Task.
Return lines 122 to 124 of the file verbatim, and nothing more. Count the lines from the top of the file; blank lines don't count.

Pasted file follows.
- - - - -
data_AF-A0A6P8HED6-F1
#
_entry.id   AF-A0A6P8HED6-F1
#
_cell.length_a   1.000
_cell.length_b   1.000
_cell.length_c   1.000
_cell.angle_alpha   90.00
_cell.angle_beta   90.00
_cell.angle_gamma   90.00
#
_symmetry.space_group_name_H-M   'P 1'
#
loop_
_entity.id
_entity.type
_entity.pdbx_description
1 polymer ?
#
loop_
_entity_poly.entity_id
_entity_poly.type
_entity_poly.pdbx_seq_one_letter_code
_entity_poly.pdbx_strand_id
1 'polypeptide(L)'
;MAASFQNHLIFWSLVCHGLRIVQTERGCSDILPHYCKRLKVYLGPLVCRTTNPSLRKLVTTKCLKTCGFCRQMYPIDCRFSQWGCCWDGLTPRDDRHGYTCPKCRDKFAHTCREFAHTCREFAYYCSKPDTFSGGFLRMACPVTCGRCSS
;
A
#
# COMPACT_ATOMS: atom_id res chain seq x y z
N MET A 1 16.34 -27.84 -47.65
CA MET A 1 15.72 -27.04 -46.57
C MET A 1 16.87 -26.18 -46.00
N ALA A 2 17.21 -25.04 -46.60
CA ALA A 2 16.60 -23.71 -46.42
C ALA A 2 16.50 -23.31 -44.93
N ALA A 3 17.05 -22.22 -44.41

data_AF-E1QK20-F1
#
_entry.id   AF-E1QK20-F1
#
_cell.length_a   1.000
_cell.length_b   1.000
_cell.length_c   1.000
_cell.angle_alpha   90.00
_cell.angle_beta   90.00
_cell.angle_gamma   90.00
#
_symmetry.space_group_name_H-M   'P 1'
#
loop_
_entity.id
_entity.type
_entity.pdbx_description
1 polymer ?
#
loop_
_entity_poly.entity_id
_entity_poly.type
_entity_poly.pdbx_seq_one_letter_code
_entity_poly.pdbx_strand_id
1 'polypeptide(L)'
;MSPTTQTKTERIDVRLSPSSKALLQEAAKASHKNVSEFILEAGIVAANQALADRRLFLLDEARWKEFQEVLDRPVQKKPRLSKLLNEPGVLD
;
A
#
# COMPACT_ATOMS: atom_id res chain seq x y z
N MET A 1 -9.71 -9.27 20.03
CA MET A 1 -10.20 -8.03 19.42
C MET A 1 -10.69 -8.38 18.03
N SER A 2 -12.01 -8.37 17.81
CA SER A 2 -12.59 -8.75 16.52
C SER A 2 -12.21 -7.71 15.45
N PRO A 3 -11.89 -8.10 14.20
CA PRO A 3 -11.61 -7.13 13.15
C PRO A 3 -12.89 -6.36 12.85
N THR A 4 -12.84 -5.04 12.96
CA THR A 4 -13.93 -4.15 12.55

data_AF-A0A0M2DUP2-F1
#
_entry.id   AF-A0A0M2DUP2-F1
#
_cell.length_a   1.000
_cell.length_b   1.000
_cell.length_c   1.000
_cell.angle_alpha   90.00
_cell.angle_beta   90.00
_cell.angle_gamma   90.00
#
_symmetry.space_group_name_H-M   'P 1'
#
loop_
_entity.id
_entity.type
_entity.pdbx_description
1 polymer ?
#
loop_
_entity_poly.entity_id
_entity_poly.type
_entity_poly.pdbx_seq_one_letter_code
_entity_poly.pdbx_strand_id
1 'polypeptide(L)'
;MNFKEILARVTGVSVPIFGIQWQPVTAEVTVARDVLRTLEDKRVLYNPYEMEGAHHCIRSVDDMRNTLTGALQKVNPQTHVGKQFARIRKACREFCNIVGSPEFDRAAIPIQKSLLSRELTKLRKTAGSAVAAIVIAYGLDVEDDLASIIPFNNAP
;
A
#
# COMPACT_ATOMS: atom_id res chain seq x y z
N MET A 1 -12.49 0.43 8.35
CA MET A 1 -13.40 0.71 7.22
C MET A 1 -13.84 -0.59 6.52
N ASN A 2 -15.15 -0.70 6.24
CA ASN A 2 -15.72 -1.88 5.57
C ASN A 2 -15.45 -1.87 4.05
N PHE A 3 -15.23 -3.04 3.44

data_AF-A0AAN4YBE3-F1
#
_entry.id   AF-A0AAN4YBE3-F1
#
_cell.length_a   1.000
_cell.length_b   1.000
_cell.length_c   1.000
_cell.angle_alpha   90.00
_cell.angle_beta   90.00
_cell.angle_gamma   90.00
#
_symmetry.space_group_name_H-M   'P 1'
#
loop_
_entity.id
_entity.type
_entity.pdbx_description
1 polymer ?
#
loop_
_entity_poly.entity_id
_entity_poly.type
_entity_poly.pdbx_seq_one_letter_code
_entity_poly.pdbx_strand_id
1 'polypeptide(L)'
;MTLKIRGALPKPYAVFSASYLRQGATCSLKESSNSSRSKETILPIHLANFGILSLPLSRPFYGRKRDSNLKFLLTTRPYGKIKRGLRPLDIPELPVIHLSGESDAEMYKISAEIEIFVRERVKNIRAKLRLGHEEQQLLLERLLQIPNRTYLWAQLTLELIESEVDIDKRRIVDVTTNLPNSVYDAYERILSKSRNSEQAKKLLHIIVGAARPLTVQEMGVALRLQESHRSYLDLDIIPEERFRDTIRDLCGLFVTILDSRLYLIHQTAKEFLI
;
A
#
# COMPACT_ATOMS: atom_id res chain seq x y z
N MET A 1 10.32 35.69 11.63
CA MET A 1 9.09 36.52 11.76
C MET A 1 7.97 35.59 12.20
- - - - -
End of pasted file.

_cell.length_c   1.000
_cell.angle_alpha   90.00
_cell.angle_beta   90.00